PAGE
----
Well, I take care of that little bit o’ business in the main floor bathroom and then start heading back for those despicable stairs. Instantly, a black wave of pain courses across my lower back – “I’m baaa-aaack!” growls my back in its best Freddy Krueger impersonation. So much pain, and now I can’t move. I can’t even put an ounce of weight on my right leg. So Freddy’s doing the torture routine with my lower back, I’m going all Karate Kid, standing on one leg with my arms up in the air holding onto the wall so I won’t move anything. Well, I stand there for a couple of minutes waiting for the pain to subside so I can hobble back to bed. A few more minutes pass; no change. Then another five minutes. Ten. I realize I could be standing here all night. Then I realize I can’t stand all night – not on one leg. So what to do? Not a lot of options; can’t move a muscle, can’t flamingo forever, for sure don’t want to fall down. Only one thing left to do: scream for the Bos Lady!

So I call out: “Maria.” Tentative at first; not too loud. After all, the house is silent. Surely she can hear me call out in the dead of night. I wait. Nothing. I yell again, a little more loudly. Then again. And again. Still nothing. Pretty soon, I’m screaming her name over and over, feeling like Fred Flintstone banging at the door, screaming “Willlll-maaaa!!” after the cat locked him out. (Yes, there does seem to be a lot of Fred’s popping into this little story, isn’t there?)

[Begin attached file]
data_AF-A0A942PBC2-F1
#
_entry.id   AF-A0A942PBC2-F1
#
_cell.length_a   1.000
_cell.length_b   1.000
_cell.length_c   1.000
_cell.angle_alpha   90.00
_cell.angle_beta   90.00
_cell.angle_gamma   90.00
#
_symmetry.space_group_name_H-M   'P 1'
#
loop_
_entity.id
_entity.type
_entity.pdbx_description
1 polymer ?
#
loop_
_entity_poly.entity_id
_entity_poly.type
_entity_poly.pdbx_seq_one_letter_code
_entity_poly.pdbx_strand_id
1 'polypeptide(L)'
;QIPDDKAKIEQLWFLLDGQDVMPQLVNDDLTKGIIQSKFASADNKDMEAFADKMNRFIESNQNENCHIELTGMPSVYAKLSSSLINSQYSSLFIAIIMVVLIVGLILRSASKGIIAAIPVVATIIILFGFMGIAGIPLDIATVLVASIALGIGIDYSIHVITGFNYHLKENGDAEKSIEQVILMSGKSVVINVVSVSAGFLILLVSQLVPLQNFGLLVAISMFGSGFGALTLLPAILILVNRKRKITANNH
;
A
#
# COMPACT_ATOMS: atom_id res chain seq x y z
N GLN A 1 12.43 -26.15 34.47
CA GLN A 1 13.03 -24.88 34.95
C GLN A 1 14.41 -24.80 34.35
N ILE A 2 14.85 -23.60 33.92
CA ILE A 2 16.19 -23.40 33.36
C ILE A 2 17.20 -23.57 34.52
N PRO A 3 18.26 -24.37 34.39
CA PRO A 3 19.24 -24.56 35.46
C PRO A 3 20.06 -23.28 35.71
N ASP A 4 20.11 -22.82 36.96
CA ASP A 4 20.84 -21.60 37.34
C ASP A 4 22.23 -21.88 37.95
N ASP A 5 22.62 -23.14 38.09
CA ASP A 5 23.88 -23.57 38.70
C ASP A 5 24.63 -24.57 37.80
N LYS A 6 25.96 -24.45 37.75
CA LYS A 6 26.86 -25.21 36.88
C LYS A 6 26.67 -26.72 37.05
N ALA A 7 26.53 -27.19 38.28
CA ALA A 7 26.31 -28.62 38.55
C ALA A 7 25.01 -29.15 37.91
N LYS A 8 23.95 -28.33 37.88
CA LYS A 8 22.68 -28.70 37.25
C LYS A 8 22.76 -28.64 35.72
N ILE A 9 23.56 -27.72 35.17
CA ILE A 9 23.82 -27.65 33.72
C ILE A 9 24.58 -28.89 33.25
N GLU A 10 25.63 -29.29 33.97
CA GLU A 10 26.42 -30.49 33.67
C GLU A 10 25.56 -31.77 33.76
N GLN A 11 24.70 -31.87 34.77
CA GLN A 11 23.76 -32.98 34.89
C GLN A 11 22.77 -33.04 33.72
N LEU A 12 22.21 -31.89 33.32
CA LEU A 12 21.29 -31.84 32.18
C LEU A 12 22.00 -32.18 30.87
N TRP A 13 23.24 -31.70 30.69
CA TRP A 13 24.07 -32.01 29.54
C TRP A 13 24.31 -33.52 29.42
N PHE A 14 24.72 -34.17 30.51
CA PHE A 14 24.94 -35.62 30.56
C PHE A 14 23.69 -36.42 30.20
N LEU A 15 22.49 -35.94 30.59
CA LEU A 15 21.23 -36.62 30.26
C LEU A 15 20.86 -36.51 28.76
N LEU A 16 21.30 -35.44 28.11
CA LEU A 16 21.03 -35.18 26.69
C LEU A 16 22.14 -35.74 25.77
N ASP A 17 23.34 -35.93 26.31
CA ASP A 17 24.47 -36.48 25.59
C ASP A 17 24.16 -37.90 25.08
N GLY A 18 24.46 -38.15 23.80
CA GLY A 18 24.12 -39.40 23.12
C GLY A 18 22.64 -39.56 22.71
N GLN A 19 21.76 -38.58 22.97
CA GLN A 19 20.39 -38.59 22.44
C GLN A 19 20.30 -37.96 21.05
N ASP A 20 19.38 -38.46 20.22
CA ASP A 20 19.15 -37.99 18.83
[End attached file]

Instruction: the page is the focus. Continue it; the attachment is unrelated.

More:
Well, finally my screams awaken the dead as the Bos Lady appears on the scene with sleep in her eyes and a scowl on her face. “What in the world’s the matter with you?” I explain through clenched teeth and ask her to help me hobble to the dining room table to get off my feet. Foot.

Fast forward six months and I’m moving around fairly naturally again. Six months of hearing all the “getting old” jokes from my kids. Six months of therapy and chiro treatments. Six months of the daily internal dialogue: Do I want to take my T4’s today to make it through another work day? Or do I simply want to poop today? The two are mutually exclusive, I learned.

Yes, getting older has its moments indeed. You can fool your mind some of the time by thinking: I’m still young – I’m only 51. But one’s body has a way of harrumphing all of that nonsense.

Take another example. Body hair. I’ve lost most of the hair on my legs in the past few years (never knew that would happen!). Cultivated new hair elsewhere though…nose, ears, eyebrows. Fortunately, nothing’s growing on my back yet, and I’m thankful for that small blessing.

Still, I’ll carry on with my wishful youthful thinking. Because if I think I’m old, then I’ve given my body a free pass on the expressway to actually being old. But sometimes it’s hard to stay positive. Think about it. When I was born in 1962, they were just starting to build the Houston Astrodome, and it’s since been imploded from existence. When I was born, the Trans-Canada Highway just opened. Stanley Milner was a River City alderman; now he’s a library. In ’62, we were still hanging people in Canada and staring down Russian missiles in Cuba. . Why – when I was born, the Maple Leafs actually won the Stanley Cup for crying out loud!

Oi vey. Maybe I am old!